About These Sources
Good quality research uses all three types of sources.
Primary sources provide the raw data for your research.
Secondary sources such as books, scholarly journals, and newspaper article synthesize correct research and help you put your subject in context. Secondary sources are tremendously important for helping to position your argument within the existing research and peer conversation.
You will use tertiary sources such as encyclopedias, dictionaries and other reference tools to gather background information on your topic and to identify the people, places, dates, organizations, and themes central to your topic.
TIP: What is considered primary, secondary, or tertiary information may vary according to your field of study. When in doubt, ask your instructor.
Differences between Primary, Secondary, and Tertiary sources
Primary sources have the following characteristics:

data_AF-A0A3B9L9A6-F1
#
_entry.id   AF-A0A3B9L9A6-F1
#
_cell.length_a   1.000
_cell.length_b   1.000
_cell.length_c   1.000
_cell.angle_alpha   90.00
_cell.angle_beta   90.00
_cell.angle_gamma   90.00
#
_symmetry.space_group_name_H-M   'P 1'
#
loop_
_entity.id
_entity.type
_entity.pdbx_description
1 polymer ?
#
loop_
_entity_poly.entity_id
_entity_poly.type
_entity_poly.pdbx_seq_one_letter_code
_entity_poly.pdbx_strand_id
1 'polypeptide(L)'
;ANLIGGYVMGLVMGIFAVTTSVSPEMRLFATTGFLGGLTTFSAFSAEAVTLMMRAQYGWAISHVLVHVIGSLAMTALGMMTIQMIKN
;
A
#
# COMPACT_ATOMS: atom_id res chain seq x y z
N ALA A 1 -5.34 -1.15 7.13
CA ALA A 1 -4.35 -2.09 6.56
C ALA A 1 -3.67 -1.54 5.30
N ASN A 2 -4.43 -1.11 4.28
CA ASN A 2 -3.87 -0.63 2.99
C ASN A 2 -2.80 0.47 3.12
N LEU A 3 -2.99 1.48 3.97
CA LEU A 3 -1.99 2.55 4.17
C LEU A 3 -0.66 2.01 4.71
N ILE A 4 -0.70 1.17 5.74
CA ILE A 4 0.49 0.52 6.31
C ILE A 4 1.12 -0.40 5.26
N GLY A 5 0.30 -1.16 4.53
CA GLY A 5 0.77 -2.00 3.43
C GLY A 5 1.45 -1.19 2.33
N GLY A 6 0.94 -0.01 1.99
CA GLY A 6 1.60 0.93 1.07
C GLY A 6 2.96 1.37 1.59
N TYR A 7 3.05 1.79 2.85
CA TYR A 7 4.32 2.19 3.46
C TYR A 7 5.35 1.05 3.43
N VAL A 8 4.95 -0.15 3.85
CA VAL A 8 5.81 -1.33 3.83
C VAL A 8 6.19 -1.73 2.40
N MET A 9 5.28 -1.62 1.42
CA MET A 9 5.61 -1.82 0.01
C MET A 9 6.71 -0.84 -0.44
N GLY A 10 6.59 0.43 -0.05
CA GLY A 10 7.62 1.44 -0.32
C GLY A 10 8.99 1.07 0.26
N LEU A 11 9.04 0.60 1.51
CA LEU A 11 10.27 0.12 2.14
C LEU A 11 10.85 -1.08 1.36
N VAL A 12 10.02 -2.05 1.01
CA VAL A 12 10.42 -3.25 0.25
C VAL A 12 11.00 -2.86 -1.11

- contain direct evidence, first-hand testimony, or eyewitness account of a topic or event
- provide raw data
- are commonly diaries, correspondence, photographs
Secondary sources have the following characteristics:
- use primary data to solve a research problem
- interpret primary sources
- are commonly scholarly books and journal articles
Tertiary sources have the following characteristics:
- books or articles that synthesize and report on secondary sources for general readers
- are commonly textbooks, encyclopedia articles, or handbooks
Primary vs Secondary Sources Tutorial
This video by the Cooperative Library Instruction Project defines and demonstrates the differences between primary and secondary sources in several different scholarly disciplines. It includes a quiz so that you can apply what you have learned.